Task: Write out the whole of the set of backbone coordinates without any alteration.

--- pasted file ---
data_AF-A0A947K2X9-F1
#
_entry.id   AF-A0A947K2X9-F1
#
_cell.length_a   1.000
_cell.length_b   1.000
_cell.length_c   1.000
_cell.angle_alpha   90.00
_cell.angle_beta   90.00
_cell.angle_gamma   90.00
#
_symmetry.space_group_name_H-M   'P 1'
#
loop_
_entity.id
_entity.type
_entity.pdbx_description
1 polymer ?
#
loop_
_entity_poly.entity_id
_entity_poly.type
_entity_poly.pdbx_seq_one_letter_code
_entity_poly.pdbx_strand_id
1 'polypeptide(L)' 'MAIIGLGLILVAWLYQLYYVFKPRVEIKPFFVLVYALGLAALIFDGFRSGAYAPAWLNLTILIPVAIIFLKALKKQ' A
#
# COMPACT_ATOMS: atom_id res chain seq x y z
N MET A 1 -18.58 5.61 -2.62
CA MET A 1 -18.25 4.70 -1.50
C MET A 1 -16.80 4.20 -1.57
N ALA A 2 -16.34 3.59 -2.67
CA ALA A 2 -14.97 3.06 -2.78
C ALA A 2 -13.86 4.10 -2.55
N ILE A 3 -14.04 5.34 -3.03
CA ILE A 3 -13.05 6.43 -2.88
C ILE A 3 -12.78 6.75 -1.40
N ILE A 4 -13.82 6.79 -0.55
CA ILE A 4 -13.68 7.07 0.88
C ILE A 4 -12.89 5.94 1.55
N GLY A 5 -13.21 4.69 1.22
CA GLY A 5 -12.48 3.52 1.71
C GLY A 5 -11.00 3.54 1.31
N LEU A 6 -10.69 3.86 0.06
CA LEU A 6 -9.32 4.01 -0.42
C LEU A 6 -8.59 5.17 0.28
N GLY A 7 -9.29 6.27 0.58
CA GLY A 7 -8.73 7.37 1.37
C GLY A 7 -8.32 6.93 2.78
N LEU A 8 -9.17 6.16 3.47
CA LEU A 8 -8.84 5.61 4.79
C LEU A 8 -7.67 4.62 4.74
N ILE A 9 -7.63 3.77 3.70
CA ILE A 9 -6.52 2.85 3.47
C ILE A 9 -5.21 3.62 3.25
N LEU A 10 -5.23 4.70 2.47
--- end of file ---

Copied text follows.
data_AF-A0A947K2X9-F1
#
_entry.id   AF-A0A947K2X9-F1
#
_cell.length_a   1.000
_cell.length_b   1.000
_cell.length_c   1.000
_cell.angle_alpha   90.00
_cell.angle_beta   90.00
_cell.angle_gamma   90.00
#
_symmetry.space_group_name_H-M   'P 1'
#
loop_
_entity.id
_entity.type
_entity.pdbx_description
1 polymer ?
#
loop_
_entity_poly.entity_id
_entity_poly.type
_entity_poly.pdbx_seq_one_letter_code
_entity_poly.pdbx_strand_id
1 'polypeptide(L)' 'MAIIGLGLILVAWLYQLYYVFKPRVEIKPFFVLVYALGLAALIFDGFRSGAYAPAWLNLTILIPVAIIFLKALKKQ' A
#
# COMPACT_ATOMS: atom_id res chain seq x y z
N MET A 1 -18.58 5.61 -2.62
CA MET A 1 -18.25 4.70 -1.50
C MET A 1 -16.80 4.20 -1.57
N ALA A 2 -16.34 3.59 -2.67
CA ALA A 2 -14.97 3.06 -2.78
C ALA A 2 -13.86 4.10 -2.55
N ILE A 3 -14.04 5.34 -3.03
CA ILE A 3 -13.05 6.43 -2.88
C ILE A 3 -12.78 6.75 -1.40
N ILE A 4 -13.82 6.79 -0.55
CA ILE A 4 -13.68 7.07 0.88
C ILE A 4 -12.89 5.94 1.55
N GLY A 5 -13.21 4.69 1.22
CA GLY A 5 -12.48 3.52 1.71
C GLY A 5 -11.00 3.54 1.31
N LEU A 6 -10.69 3.86 0.06
CA LEU A 6 -9.32 4.01 -0.42
C LEU A 6 -8.59 5.17 0.28
N GLY A 7 -9.29 6.27 0.58
CA GLY A 7 -8.73 7.37 1.37
C GLY A 7 -8.32 6.93 2.78
N LEU A 8 -9.17 6.16 3.47
CA LEU A 8 -8.84 5.61 4.79
C LEU A 8 -7.67 4.62 4.74
N ILE A 9 -7.63 3.77 3.70
CA ILE A 9 -6.52 2.85 3.47
C ILE A 9 -5.21 3.62 3.25
N LEU A 10 -5.23 4.70 2.47